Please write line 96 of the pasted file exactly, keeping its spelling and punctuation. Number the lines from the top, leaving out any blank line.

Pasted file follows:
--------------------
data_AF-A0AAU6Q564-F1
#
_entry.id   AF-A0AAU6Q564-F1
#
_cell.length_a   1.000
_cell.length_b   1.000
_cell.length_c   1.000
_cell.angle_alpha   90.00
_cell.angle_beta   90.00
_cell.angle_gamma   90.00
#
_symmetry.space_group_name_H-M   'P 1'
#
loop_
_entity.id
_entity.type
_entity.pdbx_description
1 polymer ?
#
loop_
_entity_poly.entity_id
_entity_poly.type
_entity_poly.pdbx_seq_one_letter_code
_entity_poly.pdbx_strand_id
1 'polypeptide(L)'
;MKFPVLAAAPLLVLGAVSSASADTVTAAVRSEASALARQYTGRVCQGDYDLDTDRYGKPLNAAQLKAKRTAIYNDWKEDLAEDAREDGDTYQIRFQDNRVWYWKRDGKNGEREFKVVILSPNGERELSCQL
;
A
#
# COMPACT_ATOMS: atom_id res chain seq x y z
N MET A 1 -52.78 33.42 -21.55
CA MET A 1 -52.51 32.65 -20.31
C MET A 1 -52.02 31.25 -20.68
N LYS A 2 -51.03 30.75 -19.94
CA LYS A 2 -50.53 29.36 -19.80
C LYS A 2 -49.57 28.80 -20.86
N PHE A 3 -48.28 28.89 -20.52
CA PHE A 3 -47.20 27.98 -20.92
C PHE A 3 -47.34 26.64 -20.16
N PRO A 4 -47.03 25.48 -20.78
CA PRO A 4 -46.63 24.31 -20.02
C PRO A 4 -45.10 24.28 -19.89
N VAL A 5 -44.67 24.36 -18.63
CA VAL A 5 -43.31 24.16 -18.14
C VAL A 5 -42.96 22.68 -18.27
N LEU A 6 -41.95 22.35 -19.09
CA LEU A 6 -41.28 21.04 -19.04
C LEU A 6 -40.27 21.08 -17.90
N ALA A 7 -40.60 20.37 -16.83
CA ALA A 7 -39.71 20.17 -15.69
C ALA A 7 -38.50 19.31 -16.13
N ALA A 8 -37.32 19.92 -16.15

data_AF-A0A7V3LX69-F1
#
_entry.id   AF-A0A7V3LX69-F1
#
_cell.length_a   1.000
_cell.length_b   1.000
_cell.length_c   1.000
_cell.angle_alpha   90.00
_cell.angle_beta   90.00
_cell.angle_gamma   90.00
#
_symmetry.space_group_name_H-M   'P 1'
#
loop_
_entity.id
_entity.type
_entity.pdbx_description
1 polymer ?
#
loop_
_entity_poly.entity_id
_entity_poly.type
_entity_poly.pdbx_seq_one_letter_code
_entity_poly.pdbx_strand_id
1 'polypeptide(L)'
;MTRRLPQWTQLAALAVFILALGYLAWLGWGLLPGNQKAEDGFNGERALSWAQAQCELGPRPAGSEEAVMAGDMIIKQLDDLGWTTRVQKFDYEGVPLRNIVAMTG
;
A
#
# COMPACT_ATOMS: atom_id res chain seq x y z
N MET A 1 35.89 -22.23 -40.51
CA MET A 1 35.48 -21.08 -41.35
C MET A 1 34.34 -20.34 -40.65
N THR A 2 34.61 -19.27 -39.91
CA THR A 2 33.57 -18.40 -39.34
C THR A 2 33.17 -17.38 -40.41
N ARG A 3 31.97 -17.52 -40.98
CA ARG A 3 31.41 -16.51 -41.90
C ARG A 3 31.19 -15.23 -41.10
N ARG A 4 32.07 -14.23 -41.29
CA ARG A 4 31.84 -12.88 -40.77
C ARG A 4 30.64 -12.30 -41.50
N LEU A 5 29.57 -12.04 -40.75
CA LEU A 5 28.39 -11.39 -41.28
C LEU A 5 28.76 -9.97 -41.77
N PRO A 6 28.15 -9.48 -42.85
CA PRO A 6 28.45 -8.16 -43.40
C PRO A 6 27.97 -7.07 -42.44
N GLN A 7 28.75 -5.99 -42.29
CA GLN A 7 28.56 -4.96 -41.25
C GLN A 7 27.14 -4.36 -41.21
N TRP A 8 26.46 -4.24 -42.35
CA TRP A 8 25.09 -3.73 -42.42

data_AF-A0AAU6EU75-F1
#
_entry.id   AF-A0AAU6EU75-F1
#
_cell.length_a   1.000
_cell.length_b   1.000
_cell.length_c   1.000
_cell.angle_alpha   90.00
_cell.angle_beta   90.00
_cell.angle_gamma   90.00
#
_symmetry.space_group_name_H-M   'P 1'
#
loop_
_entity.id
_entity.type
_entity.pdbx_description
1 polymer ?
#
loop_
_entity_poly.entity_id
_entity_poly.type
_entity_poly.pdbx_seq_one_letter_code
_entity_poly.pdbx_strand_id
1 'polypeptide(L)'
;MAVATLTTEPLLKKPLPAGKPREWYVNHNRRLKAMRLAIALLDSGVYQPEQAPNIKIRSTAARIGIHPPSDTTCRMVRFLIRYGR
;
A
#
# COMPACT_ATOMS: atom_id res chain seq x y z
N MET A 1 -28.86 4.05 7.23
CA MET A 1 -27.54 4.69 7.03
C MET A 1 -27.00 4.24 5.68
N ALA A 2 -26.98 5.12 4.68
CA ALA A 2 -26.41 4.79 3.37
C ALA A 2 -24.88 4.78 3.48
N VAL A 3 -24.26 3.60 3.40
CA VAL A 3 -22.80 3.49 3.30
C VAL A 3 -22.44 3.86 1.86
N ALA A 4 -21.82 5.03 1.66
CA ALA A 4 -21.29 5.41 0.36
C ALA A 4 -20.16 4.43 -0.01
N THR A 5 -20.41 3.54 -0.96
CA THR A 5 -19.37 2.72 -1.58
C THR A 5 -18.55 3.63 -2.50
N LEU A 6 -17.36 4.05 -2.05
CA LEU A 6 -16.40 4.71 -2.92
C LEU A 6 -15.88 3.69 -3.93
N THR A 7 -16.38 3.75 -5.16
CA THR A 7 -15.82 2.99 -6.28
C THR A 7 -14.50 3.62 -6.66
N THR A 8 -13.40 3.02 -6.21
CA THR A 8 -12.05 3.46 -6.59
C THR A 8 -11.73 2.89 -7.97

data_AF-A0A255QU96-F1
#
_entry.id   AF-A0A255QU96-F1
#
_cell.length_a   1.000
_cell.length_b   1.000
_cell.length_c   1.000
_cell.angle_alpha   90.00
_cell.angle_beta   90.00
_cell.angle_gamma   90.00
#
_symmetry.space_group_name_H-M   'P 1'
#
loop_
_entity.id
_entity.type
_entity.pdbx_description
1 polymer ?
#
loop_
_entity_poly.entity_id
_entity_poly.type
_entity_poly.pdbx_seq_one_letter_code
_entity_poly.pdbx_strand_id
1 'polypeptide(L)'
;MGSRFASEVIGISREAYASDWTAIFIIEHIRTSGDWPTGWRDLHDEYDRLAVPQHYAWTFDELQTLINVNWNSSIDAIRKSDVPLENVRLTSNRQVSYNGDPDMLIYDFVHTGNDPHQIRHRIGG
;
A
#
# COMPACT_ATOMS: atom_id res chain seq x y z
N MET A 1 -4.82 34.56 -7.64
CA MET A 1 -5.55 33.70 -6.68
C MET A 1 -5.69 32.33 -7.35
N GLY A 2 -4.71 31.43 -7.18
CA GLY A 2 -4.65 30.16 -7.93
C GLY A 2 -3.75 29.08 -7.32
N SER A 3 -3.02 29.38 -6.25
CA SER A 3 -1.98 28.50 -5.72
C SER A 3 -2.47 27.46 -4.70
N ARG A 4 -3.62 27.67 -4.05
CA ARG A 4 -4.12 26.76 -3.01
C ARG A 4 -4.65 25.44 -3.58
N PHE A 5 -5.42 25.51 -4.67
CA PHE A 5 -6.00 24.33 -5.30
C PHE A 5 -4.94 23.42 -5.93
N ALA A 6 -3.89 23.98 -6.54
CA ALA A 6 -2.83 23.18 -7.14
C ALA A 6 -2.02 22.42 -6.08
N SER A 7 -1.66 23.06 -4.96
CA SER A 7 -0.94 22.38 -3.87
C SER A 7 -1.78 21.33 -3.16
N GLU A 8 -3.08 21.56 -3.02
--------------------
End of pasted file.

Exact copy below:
CA LEU A 5 28.39 -11.39 -41.28